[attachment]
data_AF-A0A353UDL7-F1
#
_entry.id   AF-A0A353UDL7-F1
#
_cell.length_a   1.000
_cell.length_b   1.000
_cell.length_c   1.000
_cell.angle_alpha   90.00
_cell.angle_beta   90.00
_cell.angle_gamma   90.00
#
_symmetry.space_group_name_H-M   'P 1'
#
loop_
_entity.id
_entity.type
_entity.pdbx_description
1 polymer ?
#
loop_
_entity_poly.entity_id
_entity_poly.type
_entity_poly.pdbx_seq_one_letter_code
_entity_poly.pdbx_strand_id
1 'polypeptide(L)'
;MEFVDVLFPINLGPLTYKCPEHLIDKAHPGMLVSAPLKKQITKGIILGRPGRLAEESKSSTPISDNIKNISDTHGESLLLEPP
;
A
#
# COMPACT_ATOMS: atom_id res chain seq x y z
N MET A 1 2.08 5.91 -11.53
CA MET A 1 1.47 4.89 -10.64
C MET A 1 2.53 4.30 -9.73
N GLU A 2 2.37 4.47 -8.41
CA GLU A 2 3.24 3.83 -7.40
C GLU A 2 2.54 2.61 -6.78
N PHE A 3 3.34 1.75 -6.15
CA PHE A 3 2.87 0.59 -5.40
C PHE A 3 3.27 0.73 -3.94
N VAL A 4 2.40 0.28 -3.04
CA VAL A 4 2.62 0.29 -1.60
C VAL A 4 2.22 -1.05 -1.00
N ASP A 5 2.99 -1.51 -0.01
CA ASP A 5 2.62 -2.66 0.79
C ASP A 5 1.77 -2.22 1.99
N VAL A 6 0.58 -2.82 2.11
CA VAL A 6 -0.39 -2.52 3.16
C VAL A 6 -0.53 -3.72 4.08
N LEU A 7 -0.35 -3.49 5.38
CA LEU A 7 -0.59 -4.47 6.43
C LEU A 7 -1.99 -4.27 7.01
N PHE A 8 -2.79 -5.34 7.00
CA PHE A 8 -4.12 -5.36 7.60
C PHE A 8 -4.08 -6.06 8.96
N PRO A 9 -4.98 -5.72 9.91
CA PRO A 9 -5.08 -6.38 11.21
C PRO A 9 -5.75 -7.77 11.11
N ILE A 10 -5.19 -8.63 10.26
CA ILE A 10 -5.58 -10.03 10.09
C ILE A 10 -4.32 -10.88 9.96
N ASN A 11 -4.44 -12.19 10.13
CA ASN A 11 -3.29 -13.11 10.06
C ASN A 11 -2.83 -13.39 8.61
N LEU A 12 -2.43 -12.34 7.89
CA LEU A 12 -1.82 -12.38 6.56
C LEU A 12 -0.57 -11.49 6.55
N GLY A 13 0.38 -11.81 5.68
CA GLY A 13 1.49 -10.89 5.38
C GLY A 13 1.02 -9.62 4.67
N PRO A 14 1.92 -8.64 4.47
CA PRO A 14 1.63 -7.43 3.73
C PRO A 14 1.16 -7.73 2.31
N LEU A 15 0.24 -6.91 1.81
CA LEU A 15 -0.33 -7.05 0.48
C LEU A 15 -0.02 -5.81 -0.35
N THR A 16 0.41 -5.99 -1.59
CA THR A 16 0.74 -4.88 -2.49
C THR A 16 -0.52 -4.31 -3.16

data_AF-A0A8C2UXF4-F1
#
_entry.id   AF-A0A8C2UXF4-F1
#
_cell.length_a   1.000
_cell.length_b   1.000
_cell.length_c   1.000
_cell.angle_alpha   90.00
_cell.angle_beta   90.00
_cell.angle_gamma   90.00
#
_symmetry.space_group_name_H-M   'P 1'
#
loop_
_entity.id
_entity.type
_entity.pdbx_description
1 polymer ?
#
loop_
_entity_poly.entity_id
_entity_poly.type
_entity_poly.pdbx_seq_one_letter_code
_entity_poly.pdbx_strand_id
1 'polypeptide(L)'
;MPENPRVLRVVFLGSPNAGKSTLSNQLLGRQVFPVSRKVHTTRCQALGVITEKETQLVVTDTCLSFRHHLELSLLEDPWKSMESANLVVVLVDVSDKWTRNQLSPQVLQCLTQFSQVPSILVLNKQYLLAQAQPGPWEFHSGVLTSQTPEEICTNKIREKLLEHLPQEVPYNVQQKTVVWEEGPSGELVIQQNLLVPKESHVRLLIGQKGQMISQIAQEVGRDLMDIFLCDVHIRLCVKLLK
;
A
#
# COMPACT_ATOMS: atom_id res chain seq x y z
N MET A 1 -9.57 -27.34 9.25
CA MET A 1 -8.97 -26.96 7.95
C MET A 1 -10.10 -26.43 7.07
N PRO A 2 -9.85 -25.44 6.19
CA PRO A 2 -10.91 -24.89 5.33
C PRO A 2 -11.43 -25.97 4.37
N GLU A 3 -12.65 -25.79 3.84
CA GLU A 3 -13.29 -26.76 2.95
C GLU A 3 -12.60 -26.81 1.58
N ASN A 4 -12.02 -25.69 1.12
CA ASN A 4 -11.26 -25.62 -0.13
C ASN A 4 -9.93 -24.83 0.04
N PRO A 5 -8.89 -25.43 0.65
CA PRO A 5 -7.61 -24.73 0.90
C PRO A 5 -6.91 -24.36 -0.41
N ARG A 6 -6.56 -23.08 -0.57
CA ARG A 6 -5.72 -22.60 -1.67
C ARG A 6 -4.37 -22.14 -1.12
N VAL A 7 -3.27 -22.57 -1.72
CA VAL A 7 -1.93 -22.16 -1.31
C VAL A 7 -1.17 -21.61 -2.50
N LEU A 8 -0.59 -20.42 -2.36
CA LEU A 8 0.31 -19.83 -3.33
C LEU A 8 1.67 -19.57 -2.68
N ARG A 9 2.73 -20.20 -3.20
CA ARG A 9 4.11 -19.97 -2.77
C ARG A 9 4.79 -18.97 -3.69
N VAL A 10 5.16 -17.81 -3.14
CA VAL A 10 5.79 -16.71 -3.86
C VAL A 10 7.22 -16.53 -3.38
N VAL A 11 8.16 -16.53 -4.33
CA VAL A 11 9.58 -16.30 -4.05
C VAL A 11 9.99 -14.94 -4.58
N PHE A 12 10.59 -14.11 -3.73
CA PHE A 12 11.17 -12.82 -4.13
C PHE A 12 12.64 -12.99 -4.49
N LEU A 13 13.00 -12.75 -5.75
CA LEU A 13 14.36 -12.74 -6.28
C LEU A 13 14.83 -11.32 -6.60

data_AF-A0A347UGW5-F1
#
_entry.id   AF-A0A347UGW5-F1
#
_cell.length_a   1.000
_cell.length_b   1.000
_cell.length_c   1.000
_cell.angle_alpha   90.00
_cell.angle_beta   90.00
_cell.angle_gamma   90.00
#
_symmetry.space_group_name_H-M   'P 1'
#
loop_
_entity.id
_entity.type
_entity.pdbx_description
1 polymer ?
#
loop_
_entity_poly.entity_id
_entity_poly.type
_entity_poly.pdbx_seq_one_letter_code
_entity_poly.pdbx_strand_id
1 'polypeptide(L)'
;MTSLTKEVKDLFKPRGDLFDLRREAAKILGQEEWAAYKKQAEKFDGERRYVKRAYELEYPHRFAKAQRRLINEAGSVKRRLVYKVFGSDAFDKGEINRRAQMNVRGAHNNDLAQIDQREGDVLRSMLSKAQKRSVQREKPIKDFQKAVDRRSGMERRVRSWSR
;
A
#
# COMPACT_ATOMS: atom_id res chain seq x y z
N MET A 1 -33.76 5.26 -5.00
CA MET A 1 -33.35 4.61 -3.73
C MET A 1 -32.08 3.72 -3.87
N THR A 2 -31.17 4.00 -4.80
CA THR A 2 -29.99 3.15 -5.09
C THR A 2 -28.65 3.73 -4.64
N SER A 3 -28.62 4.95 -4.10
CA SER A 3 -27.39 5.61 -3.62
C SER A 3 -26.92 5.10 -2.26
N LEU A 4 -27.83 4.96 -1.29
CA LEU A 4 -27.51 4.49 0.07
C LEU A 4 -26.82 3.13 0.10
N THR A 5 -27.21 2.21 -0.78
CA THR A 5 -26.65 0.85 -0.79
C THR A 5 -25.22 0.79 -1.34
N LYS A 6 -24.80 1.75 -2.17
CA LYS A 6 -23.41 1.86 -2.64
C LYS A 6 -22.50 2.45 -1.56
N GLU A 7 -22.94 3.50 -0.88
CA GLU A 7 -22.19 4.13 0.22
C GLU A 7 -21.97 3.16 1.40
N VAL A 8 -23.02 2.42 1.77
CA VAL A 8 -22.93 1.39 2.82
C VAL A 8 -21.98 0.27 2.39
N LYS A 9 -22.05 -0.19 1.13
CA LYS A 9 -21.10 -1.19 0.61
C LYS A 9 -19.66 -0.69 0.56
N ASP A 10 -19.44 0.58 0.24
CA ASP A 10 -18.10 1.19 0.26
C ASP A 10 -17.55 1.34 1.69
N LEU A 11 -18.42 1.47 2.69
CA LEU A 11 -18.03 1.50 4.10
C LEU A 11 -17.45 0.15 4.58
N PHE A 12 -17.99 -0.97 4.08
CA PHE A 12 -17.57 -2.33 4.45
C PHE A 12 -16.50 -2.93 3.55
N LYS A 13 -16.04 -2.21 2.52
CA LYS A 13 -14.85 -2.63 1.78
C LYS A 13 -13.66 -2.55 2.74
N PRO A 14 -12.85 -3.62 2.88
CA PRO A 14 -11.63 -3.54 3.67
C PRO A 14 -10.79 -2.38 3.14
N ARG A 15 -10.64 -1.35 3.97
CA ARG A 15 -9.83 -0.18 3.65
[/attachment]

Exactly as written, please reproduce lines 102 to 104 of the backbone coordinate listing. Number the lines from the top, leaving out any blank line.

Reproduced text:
_entity_poly.pdbx_strand_id
1 'polypeptide(L)'
;MPENPRVLRVVFLGSPNAGKSTLSNQLLGRQVFPVSRKVHTTRCQALGVITEKETQLVVTDTCLSFRHHLELSLLEDPWKSMESANLVVVLVDVSDKWTRNQLSPQVLQCLTQFSQVPSILVLNKQYLLAQAQPGPWEFHSGVLTSQTPEEICTNKIREKLLEHLPQEVPYNVQQKTVVWEEGPSGELVIQQNLLVPKESHVRLLIGQKGQMISQIAQEVGRDLMDIFLCDVHIRLCVKLLK